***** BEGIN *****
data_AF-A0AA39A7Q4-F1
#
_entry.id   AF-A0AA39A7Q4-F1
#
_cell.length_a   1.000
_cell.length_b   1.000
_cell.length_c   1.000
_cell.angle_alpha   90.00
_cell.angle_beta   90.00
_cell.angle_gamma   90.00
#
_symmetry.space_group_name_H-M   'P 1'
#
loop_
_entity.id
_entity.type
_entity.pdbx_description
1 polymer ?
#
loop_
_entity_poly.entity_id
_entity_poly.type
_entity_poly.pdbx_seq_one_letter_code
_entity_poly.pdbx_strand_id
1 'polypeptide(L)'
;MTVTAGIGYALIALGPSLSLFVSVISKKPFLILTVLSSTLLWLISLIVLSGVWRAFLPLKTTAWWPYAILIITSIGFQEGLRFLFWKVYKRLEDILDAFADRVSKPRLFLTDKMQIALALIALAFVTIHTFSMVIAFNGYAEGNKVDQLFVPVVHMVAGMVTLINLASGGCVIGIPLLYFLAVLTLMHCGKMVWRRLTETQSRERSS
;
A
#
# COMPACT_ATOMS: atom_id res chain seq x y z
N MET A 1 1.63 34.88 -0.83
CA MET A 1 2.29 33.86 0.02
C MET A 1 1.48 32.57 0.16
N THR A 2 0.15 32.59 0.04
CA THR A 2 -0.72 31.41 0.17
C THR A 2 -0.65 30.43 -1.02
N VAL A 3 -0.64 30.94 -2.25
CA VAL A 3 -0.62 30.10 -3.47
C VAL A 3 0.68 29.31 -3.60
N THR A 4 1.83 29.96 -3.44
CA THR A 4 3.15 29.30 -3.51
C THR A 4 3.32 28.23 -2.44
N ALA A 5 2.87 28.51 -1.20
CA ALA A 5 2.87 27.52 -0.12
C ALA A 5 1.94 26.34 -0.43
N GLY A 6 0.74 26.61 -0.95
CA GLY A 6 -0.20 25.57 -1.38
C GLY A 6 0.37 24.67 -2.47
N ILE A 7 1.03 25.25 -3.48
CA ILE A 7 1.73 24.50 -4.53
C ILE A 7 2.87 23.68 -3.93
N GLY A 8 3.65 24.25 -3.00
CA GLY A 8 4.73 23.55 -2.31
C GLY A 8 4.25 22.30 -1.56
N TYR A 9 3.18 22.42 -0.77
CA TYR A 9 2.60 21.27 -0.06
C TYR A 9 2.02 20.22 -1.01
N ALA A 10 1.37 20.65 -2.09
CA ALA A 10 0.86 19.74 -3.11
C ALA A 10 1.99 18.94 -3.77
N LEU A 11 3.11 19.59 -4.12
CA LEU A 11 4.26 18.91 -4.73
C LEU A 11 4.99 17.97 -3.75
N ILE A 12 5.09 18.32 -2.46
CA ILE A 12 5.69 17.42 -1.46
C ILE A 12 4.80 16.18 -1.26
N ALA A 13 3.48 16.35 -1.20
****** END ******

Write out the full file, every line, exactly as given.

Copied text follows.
data_AF-A0AA39A7Q4-F1
#
_entry.id   AF-A0AA39A7Q4-F1
#
_cell.length_a   1.000
_cell.length_b   1.000
_cell.length_c   1.000
_cell.angle_alpha   90.00
_cell.angle_beta   90.00
_cell.angle_gamma   90.00
#
_symmetry.space_group_name_H-M   'P 1'
#
loop_
_entity.id
_entity.type
_entity.pdbx_description
1 polymer ?
#
loop_
_entity_poly.entity_id
_entity_poly.type
_entity_poly.pdbx_seq_one_letter_code
_entity_poly.pdbx_strand_id
1 'polypeptide(L)'
;MTVTAGIGYALIALGPSLSLFVSVISKKPFLILTVLSSTLLWLISLIVLSGVWRAFLPLKTTAWWPYAILIITSIGFQEGLRFLFWKVYKRLEDILDAFADRVSKPRLFLTDKMQIALALIALAFVTIHTFSMVIAFNGYAEGNKVDQLFVPVVHMVAGMVTLINLASGGCVIGIPLLYFLAVLTLMHCGKMVWRRLTETQSRERSS
;
A
#
# COMPACT_ATOMS: atom_id res chain seq x y z
N MET A 1 1.63 34.88 -0.83
CA MET A 1 2.29 33.86 0.02
C MET A 1 1.48 32.57 0.16
N THR A 2 0.15 32.59 0.04
CA THR A 2 -0.72 31.41 0.17
C THR A 2 -0.65 30.43 -1.02
N VAL A 3 -0.64 30.94 -2.25
CA VAL A 3 -0.62 30.10 -3.47
C VAL A 3 0.68 29.31 -3.60
N THR A 4 1.83 29.96 -3.44
CA THR A 4 3.15 29.30 -3.51
C THR A 4 3.32 28.23 -2.44
N ALA A 5 2.87 28.51 -1.20
CA ALA A 5 2.87 27.52 -0.12
C ALA A 5 1.94 26.34 -0.43
N GLY A 6 0.74 26.61 -0.95
CA GLY A 6 -0.20 25.57 -1.38
C GLY A 6 0.37 24.67 -2.47
N ILE A 7 1.03 25.25 -3.48
CA ILE A 7 1.73 24.50 -4.53
C ILE A 7 2.87 23.68 -3.93
N GLY A 8 3.65 24.25 -3.00
CA GLY A 8 4.73 23.55 -2.31
C GLY A 8 4.25 22.30 -1.56
N TYR A 9 3.18 22.42 -0.77
CA TYR A 9 2.60 21.27 -0.06
C TYR A 9 2.02 20.22 -1.01
N ALA A 10 1.37 20.65 -2.09
CA ALA A 10 0.86 19.74 -3.11
C ALA A 10 1.99 18.94 -3.77
N LEU A 11 3.11 19.59 -4.12
CA LEU A 11 4.26 18.91 -4.73
C LEU A 11 4.99 17.97 -3.75
N ILE A 12 5.09 18.32 -2.46
CA ILE A 12 5.69 17.42 -1.46
C ILE A 12 4.80 16.18 -1.26
N ALA A 13 3.48 16.35 -1.20